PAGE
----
After the war, most Vietnam vets got on with their lives. Many became leaders in Congress, industry, and the media. In 1994, the unemployment rate for veterans was 3 percent, well below the national average of 4.9 per¬cent. The Centers for Disease Control in Atlanta reported that suicide rates were within the normal range for the general population. In 1999, the Vietnam Economic Times reported that in an earlier U.S. poll 71 per¬cent of vets said they were “glad to have served in Vietnam” and 74 percent said they “enjoyed” their tour of duty. A survey by the Veterans of Foreign Wars said 87 percent of the public held Vietnam veterans in high esteem.

A FEW DAYS AFTER SAIGON FELL IN 1975, communist cadres went from embassy to abandoned embassy, raising the National Liberation Front flag. The only embassy they bypassed was that of the United States. Nayan Chanda, the Far Eastern Economic Reviews Saigon bureau chief, one of a handful of journalists who stayed behind after the helicopter evacuation, asked a soldier guarding the U.S. Embassy why no Viet Cong flag was flying overhead. “We are not authorized to raise one,” he told Chanda. “We do not want to humiliate the Americans. They will come back.”
The response perhaps reflected more pragmatism than magnanimity. Indeed, the United States had economic and technological resources the Soviet Union lacked, and tapping into them would have provided a huge boost to Vietnam’s development. But first Washington wanted to ensure Hanoi was punished for its victory: Washington froze Vietnam’s assets in the United States ($260 million) and prohibited Americans from sending money to Vietnam; severed mail and telephone links between the two na¬tions; refused to consider diplomatic relations with the newly reunited state; reneged on Nixon and Kissinger’s promise to supply Vietnam with $3.3 billion in reconstruction aid; vetoed Vietnam’s requests to join the United Nations; blocked credits and loans from the World Bank and the Asian Development Bank; and instituted a trade embargo that Japan and other allies were pressured into observing.
Washington’s punitive policies pushed Vietnam toward the precipice of disaster. And Hanoi’s doctrinaire rulers gave the country the final shove over the edge with an agenda that was both vindictive and ill-con¬ceived. When Bui Tin of the North Vietnamese Army accepted South Vietnam’s surrender on April 30, 1975—he was a journalist but, as a colonel, was the senior officer present—he told Saigon’s nervous cabinet ministers: “You have nothing to fear. Between Vietnamese, there are no victors and no vanquished. Only the Americans have been beaten. If you are patriots, consider this a moment of joy. The war for our country is over.”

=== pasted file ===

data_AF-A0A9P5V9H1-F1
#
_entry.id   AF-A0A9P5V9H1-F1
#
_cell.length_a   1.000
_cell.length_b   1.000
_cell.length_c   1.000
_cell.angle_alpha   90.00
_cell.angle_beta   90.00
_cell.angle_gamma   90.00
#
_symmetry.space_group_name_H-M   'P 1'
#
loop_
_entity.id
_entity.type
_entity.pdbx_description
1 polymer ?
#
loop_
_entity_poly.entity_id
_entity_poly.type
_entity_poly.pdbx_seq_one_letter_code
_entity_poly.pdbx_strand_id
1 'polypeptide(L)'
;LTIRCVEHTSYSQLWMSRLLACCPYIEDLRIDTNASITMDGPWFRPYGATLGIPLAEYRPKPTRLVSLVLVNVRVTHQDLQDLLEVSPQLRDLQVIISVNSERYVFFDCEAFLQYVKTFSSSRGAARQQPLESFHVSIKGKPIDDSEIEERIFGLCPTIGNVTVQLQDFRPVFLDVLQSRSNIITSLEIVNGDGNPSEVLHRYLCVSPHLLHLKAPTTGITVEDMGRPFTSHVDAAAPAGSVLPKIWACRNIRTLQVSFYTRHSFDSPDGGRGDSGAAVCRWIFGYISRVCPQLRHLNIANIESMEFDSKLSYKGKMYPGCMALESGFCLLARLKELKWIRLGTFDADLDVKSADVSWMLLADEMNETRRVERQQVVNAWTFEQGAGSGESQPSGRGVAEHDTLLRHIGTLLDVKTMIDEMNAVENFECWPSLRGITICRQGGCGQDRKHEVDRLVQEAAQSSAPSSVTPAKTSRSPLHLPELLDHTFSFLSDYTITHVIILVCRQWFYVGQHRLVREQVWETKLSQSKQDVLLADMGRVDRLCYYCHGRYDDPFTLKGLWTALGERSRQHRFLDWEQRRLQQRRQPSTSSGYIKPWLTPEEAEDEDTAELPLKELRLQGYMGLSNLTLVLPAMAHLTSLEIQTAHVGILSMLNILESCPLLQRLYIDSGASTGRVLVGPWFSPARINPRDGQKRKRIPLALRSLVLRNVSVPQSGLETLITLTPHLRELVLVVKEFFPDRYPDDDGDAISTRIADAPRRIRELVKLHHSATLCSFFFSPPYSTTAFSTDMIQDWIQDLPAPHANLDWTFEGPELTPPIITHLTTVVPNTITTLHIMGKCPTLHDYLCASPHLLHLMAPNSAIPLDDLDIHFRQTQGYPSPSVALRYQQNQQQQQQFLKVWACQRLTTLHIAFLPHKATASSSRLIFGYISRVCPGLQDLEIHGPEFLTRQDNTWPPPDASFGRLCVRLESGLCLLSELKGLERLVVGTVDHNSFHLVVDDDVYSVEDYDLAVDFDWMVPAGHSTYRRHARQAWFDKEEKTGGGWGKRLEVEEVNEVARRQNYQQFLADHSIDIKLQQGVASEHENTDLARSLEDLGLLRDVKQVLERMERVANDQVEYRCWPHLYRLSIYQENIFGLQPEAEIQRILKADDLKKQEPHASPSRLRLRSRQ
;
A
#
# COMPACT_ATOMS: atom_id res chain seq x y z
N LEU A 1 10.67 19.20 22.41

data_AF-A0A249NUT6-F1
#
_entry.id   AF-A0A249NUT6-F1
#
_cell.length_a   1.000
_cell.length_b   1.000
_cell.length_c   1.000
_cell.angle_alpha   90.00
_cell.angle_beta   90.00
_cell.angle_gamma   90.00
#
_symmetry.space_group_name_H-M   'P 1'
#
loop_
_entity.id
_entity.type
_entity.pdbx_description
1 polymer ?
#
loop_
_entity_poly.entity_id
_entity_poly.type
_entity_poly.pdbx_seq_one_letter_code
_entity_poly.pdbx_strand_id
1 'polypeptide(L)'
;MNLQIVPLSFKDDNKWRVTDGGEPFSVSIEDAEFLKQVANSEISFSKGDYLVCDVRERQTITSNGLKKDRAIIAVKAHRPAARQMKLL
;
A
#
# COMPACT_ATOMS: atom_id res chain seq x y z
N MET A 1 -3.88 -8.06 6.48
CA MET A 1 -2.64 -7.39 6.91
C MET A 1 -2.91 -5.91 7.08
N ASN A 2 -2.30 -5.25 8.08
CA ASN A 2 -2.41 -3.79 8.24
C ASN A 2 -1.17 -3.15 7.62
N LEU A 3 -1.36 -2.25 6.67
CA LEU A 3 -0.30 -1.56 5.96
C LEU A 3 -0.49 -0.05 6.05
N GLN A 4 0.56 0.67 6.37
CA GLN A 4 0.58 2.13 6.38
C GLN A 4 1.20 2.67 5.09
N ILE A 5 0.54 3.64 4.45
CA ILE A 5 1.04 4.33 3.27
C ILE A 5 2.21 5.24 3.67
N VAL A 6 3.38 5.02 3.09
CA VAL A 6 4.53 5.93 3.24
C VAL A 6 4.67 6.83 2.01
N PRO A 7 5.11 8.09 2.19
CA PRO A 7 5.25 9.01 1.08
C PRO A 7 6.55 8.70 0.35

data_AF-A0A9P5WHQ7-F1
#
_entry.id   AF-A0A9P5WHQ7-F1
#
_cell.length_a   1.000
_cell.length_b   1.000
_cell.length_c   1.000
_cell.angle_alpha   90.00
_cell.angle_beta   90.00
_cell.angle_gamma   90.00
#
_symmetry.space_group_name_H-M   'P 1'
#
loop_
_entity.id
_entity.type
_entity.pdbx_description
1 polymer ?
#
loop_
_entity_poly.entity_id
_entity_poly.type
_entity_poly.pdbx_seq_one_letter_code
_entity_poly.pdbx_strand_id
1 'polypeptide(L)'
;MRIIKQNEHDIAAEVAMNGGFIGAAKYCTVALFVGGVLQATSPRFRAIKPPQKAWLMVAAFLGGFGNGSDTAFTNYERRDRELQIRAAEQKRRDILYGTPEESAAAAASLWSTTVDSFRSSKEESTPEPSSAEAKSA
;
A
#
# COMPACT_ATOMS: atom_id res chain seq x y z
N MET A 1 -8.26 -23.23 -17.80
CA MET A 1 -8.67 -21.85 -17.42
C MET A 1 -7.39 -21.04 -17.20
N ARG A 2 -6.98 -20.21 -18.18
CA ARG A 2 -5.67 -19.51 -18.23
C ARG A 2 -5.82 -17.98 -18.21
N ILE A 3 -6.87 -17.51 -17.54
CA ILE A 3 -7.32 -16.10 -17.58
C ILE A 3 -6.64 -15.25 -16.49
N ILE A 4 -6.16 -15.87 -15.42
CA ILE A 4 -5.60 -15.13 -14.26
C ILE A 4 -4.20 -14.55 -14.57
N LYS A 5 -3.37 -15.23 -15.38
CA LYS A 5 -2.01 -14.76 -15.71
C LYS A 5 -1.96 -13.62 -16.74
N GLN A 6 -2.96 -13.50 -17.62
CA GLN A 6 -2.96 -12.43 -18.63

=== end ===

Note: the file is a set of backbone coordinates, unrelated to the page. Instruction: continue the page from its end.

But if the war was over, the Dark Years were just beginning: the reedu¬cation camps and forced resettlement of peasants in so-called economic zones; the collectivization of farming and near famine; the confiscation of wealth and loss of civil liberties; the wars against Cambodia and China; paranoia, isolation, and deprivation. Never had anyone imagined peace could bring such deep suffering.
The anguish and misery of the people, however, did not stir much re¬sponse from former antiwar protestors who had expressed such sympathy for the Vietnamese when they themselves had been in danger of going off to war. Tom Hayden had cheered the fall of Saigon, saying it would lead to the “rise of Indochina.” Huh? A thousand University of California stu¬dents had marched through Berkeley on April 30 in celebration. But in celebration of themselves or the Vietnamese? Where was Jane Fonda af¬ter the war was over? There was silence, I suppose, because the protests never had anything to do with the ultimate well-being of the Vietnamese people. They were about self-interests and ending U.S. involvement. Once those goals had been met, what the Vietnamese did to the Viet¬namese didn’t matter. Reconciliation could wait for another day.

JAPAN AND THE UNITED STATES normalized diplomatic relations six years after the end of World War II. It took Vietnam and the United States twenty years to take the same step. But if the war was character¬ized by missed opportunities for peace on both sides, so was the peace de¬fined by lost chances to chart a new and constructive direction in U.S.- Vietnamese relations. One of them came in 1977, two years after the fall of Saigon, when President Jimmy Carter sent Leonard Woodcock, chief of the U.S. liaison office in Beijing, to Hanoi to clear the path for normal¬ized relations. “I understand President Carter’s wish [is] to solve our problems in a new spirit,” Prime Minister Pham Van Dong told Wood¬cock. “And if so, I see no obstacle to our resolving the problems.”
Sixteen months later, in September 1978, secret negotiations in New York produced a breakthrough when Vietnam dropped its demand for monetary reparations as a precondition for normalized relations. Both sides were so sure they had a deal that the abandoned villa on Hai Ba Trung Street in Hanoi, which had served as the U.S. Consulate in colo-nial times, was painted green in anticipation of the return of U.S. envoys. Dennis Harter, a Vietnamese-speaking State Department officer in Washington, checked out the shuttered Vietnamese embassy on R Street, just off Massachusetts Avenue. The carpets were moldy, paint was peeling off the walls. Three-year-old editions of Time and Newsweek detailing the fall of Saigon were strewn about. Dirty plates from the last meal South Vietnam’s diplomats ate the day they walked out and locked the door were still on the table. But the place, Harter concluded, could be cleaned up and made habitable for Hanoi’s envoys.

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